Art of Record Production Conference
May 17-19, 2019
Berklee College of Music, 921 Boylston Street, Boston, MA 02215
Back To Schedule
Saturday, May 18 • 18:00 - 18:30
3D Audio for Music: An investigation into 3D sound staging and creative production for binaural reproduction

Sign up or log in to save this to your schedule, view media, leave feedback and see who's attending!

The musicological research project investigates and explores the development, practical application and aesthetic suitability of binaurally decoded 3D spatialisation for music production. Underpinning the research context are the current developments in spatial audio for the AV industries, the changes in consumer listening behaviour and the quest for an aesthetic, affordable and convenient 3D audio reproduction, whilst accounting for and avoiding the pitfalls previously associated with surround sound for music.

The project’s practical line of enquiry focuses on investigating spatial sound staging for music production using perceptually-motivated 3D production technique and an understanding of ecological perception theory. Research as practice is key in the development of 3D staging and production technique and the cross-application of headphone based 3D music between both the studio and live environments.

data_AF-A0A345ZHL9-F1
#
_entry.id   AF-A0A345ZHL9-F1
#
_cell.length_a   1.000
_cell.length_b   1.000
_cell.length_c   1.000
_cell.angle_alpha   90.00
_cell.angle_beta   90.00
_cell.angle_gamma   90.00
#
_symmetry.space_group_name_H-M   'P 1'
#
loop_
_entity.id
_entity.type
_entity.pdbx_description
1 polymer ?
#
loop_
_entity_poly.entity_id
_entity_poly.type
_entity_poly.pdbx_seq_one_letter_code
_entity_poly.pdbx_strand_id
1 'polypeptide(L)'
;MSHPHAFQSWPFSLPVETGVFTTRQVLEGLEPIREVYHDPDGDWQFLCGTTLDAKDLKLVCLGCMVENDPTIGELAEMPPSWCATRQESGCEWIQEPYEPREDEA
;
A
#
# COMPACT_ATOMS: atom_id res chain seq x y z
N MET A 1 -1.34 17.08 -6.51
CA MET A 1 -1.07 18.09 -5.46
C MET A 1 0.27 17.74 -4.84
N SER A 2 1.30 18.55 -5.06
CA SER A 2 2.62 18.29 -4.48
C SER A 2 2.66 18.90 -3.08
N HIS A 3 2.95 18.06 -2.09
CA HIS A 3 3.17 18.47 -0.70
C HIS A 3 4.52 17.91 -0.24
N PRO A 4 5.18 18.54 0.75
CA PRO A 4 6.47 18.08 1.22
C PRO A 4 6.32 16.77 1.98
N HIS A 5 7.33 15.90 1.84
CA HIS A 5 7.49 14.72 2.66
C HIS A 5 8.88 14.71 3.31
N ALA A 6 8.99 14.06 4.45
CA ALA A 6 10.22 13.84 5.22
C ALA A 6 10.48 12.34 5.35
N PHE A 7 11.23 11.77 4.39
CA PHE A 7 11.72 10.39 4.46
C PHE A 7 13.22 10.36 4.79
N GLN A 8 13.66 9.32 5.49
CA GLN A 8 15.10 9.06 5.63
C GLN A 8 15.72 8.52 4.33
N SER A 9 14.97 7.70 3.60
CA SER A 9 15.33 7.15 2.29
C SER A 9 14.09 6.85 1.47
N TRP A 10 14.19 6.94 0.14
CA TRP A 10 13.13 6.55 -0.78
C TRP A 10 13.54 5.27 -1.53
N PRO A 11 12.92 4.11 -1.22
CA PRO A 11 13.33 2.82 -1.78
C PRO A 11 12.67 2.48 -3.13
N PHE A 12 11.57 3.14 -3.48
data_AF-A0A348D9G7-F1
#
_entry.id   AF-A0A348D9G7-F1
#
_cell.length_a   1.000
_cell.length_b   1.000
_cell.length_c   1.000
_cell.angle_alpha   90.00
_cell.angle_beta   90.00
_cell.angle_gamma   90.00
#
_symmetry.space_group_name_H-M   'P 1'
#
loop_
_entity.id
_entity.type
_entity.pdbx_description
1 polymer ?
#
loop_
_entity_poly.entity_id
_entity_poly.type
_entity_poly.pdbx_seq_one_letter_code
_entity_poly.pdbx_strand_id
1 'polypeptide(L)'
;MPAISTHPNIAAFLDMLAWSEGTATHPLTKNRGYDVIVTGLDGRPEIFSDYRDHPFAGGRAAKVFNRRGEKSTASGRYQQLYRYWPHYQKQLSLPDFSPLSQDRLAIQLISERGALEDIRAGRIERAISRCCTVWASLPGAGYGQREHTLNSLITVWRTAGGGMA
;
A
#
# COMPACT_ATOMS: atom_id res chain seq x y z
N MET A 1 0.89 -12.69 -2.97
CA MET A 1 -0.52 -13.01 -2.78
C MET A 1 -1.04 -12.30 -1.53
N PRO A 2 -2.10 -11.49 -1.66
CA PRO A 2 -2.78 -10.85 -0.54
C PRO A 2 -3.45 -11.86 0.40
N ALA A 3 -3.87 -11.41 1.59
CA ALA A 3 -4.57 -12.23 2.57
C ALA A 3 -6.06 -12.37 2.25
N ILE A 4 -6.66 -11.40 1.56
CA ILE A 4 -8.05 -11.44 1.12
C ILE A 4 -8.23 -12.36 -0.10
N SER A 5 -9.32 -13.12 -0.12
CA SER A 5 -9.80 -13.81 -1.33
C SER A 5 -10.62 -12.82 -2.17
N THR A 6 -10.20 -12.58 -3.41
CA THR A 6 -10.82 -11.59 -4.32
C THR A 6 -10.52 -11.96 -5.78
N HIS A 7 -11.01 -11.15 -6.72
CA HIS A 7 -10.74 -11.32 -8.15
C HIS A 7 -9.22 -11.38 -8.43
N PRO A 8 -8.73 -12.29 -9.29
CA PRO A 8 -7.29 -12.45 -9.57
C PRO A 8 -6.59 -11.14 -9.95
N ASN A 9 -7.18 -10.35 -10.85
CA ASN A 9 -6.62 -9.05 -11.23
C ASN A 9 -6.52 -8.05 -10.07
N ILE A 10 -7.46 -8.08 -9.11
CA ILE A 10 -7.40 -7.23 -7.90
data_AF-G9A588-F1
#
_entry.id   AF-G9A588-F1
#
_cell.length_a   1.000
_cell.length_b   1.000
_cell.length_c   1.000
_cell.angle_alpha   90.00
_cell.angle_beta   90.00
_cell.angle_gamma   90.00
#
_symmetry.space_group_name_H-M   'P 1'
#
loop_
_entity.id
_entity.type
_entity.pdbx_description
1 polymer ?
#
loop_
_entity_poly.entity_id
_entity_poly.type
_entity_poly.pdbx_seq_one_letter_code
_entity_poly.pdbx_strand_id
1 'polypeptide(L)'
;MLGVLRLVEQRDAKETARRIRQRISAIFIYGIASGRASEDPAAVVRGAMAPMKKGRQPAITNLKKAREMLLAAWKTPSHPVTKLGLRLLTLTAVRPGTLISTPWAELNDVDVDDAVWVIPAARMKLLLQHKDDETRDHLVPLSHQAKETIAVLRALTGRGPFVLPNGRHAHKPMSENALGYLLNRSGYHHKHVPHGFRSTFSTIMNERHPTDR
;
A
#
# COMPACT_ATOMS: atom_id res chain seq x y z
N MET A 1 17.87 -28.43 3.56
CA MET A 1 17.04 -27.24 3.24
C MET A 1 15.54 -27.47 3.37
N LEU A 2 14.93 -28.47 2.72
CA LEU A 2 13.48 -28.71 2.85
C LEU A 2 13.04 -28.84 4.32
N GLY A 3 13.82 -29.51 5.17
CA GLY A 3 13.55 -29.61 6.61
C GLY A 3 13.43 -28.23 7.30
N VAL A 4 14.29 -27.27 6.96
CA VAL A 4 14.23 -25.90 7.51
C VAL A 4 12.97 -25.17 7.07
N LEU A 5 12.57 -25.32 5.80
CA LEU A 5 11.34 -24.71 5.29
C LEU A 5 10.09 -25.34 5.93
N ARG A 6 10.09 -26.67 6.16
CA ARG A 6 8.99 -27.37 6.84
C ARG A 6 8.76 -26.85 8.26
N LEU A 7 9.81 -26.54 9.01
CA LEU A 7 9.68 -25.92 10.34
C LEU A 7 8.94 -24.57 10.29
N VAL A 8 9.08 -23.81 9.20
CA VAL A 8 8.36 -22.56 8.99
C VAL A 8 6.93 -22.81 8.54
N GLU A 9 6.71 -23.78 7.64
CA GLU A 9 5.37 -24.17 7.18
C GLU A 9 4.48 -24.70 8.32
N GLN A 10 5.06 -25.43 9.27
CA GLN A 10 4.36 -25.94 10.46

The study’s primary objective investigates auditory perceptual phenomena, periphonic and kinetic staging, timbre, conceptual blending and sonic cartoons. Drawing upon questions such as ‘How could we utilise 3D audio to benefit composition and music production?’ ‘How could we utilise our understanding of human perception to better 3D music production?’ ‘Does 3D audio need to respect the front and does the centre stage have to be in the front?’ to ultimately define a new approach to music production and creative sound staging.

The underlying secondary objective analyses the practical and aesthetic adaptations required for mixing 3D music for headphones, as opposed to using a multichannel speaker system. An important and fundamental objective posing questions such as; ‘How should we mix 3D music for current user listening trends?’ “How will variation of encoder, headphone and listener affect the perceived musicality and 3D translation?”

The translation and creative production aesthetic are subjectively assessed in stereo and 3D binaural playback during a series of randomised listening tests using a consistent sample of expert and non-expert consumer volunteers.

Access Jo's playlist to hear examples that relate to the presentation. REQUIRES HEADPHONES.

avatar for Jo Lord

Jo Lord

Doctoral Student / Lecturer, University of West London
My research involved 3D Audio for Record Production. Periphonic Staging. Sonic Cartoons & Metaphor. You can talk to me about this or audio (spatial or not) generally. I come from a live sound background so you are welcome to open discussion on this also.I love pole dance too. Im... Read More →

Saturday May 18, 2019 18:00 - 18:30 EDT
Classroom 511 (5th floor) 921 Boylston St, Boston, MA 02215, USA